While we won't necessarily receive a ton of rain, there will still be isolated showers that develop over the Pineywoods over the next couple of days. We will also see some added cloud cover, that when combined with the cooler air moving in, will keep temperatures in the middle to upper 80's.

Our wind forecast shows where the front will be positioned on Friday morning. Notice the wind direction is from the east and northeast. That northeasterly component is what will bring in the cooler temperatures and push all the warm air further south.

Even though we will see a drop in the temperatures here in Deep East Texas, it won't be as sharp of a drop as what they are expecting in the Panhandle of Texas and in Oklahoma.

The map to your right shows the forecasted highs for later today. Notice that Amarillo is only looking for a high of 58° and Oklahoma City will only make 62°. It will still remain hot for South Central Texas due to the fact that the front will not make it to their area until later tonight.

Monday, September 12, 2011

Record Setting Summer Still Going

After a week of cooler temperatures, the heat has returned to Deep East Texas as a ridge of high pressure builds in overhead.

We have now hit the century mark a record 60 times so far this summer, and will continue to add to that total yet again today and possibly on Wednesday as well.

An exceptional drought means the extreme heat will continue due to the dry fuels in place across the entire Texas Forest Country.

Fire Threat Still High

The ongoing threat for wildfires will only be increasing over the next couple of days as the wind speeds pick up out of the west-southwest at 10 to 15 mph. These breezy conditions will only dry things out even more, causing the relative humidity to be in the 10-15% range. That is not a combination you want to see when we have already seen several wildfires flare up over the past several days.

Our Futurecast computer model shows the wind forecast at Wednesday evening at 7pm. Notice the wind arrows are blowing from south to north. The winds will have a westerly component as well, which is a dry wind that heats up the atmosphere very rapidly.

Don't let your eyes fool you...that blue triangle feature you see on the map is a cold front that will push into East Texas late this week. This front will bring back slight rain chances to the forecast and will drop temperatures back down into the lower 90's.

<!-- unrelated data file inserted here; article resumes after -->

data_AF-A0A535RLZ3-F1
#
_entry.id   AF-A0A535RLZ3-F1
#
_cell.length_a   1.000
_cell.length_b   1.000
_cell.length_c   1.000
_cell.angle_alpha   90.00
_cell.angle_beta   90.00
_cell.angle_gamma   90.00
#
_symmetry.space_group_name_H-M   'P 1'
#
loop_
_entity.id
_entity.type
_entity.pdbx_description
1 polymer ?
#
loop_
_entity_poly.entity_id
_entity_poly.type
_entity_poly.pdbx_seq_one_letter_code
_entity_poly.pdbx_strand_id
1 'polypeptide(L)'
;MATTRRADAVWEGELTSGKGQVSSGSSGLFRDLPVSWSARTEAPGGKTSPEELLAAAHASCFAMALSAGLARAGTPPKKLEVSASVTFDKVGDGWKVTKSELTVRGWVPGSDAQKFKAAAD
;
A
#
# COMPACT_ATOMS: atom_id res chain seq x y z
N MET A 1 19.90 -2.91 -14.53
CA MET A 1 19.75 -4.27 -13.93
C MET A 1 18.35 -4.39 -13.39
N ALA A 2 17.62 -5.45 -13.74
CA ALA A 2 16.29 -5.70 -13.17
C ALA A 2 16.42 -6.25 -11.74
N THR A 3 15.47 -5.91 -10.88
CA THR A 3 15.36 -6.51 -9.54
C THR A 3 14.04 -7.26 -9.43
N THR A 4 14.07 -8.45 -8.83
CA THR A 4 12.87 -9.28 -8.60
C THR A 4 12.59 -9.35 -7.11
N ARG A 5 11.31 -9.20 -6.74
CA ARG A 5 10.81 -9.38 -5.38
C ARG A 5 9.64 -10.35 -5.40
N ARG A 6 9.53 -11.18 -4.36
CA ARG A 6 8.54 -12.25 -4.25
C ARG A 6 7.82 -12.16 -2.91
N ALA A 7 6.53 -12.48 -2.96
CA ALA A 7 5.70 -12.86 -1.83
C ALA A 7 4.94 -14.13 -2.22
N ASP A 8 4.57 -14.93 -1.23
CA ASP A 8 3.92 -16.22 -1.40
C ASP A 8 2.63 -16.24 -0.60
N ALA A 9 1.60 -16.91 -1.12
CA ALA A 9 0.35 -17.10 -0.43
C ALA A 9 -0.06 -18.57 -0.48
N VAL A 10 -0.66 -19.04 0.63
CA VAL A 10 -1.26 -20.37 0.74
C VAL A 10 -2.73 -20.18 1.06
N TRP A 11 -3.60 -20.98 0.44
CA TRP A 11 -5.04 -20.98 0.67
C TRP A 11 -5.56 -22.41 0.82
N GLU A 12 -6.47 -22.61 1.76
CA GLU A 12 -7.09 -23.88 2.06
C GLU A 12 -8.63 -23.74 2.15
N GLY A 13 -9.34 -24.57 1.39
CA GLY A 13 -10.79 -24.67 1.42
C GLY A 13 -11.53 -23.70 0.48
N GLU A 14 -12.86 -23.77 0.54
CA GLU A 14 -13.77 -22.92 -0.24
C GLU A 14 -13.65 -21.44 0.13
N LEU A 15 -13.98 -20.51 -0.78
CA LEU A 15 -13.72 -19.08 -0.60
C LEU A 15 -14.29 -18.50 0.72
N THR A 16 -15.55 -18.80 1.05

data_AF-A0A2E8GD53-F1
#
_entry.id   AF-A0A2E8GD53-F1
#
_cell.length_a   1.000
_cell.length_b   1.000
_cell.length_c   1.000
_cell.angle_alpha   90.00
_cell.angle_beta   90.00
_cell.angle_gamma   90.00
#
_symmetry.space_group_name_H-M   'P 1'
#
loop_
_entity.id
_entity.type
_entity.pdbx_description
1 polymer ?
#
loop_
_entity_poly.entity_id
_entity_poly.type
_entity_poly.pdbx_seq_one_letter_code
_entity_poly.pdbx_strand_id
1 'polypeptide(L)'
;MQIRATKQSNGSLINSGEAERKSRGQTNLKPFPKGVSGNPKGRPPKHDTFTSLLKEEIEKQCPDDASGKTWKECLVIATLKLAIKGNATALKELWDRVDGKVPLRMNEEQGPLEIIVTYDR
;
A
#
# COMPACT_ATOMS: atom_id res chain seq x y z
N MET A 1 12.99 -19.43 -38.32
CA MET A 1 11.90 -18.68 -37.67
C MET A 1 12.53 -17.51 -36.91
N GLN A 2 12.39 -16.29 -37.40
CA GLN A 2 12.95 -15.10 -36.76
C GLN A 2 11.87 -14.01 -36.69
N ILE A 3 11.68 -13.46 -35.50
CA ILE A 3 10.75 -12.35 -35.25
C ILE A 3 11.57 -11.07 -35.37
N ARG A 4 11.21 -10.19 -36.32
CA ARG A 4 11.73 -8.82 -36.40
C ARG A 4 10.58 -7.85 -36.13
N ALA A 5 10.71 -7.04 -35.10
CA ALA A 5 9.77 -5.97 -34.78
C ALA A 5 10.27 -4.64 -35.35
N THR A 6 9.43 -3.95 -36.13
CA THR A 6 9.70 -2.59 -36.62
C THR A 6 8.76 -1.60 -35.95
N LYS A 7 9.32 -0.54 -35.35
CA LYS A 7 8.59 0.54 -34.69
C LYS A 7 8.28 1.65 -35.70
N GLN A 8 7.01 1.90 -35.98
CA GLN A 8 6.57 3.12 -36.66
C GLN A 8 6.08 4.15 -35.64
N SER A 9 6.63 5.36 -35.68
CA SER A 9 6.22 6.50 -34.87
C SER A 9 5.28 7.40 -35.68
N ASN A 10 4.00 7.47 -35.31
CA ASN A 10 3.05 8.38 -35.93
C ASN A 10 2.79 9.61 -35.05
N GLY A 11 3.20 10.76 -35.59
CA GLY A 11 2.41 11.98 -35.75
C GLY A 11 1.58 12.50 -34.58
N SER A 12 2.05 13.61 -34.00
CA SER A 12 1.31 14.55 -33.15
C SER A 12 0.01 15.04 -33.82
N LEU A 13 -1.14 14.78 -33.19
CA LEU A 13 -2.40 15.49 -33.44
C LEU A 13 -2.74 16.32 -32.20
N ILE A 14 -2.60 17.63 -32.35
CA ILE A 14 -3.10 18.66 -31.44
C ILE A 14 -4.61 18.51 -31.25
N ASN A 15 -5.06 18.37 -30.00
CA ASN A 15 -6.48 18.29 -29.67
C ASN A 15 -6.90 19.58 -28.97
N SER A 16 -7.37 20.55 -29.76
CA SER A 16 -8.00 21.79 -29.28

Friday, September 9, 2011

Nate Will Neglect Texas, Just Like Don and Lee Did

For the third time in this 2011 Atlantic hurricane season, we have a tropical storm which has formed in the Gulf of Mexico. Unfortuantely, Tropical Storm Nate will not provide East Texas with any substantial rain to help the ongoing wildfires and drought status for the Pineywoods.

The image to your right shows that Nate will be headed due west and into Mexico sometime on Sunday afternoon.

Because Nate will be so far south of Texas, we will not see any rain make it up in this direction. As a result, look for more dry conditions with the fire threat still remaining high, even though wind speeds won't be as strong this weekend.

A ridge of high pressure, currently situated over Mexico, will be building over the state of Texas late this weekend. It is this high pressure ridge which will keep Tropical Storm Nate well south of Texas, while at the same time, allow the heat to start building once again.

We will see morning lows creep back up into the 60's this weekend, with daytime highs climbing back up into the middle 90's. Don't look now, but next week will be even hotter, as upper 90's return to Deep East Texas.

Tuesday, September 6, 2011

Tracking the Fires on Satellite

One of the benefits of satellite and radar is not only can they detect clouds and rain, but they can also pick up on other objects in the atmosphere.

Our high resolution satellite was able to show some of the ongoing wildfires across East Texas this afternoon. You can clearly see the whispy white colors fanning off to the south. That is the smoke plumes fanning off from the source of where the actual wildfires were burning earlier today.

I have labeled the wildfire locations with a red dot as seen on the image above.

While the winds will subside tonight, look for them to pick back up a bit again on Wednesday. The wind speeds will be on the order of 10 to 15 mph the next couple of days, especially in the afternoon hours. Because the wind direction will be from the north, that means the smoke plumes will be moving in a southerly direction the next few days.

Keep checking back with to stay up-to-date with all the fire developments in Deep East Texas. There is also a very useful link tied into the Texas Forest Service, which shows the ongoing fires across the state. You can view that link by clicking here.

Saturday, September 3, 2011

Rain Chances Still There For Today and Sunday

While we have not seen any rain in Deep East Texas up to this point, we still have a chance for receiving some of that wet stuff later today and then again on Sunday as Tropical Storm Lee moves onshore along the Louisiana coast.

The latest satellite image shows mid and high level clouds drifting into East Texas this morning. Our StormTracker Live Doppler Network is showing a batch of light rain now moving westward and spreading into Jasper, Newton, and Sabine counties.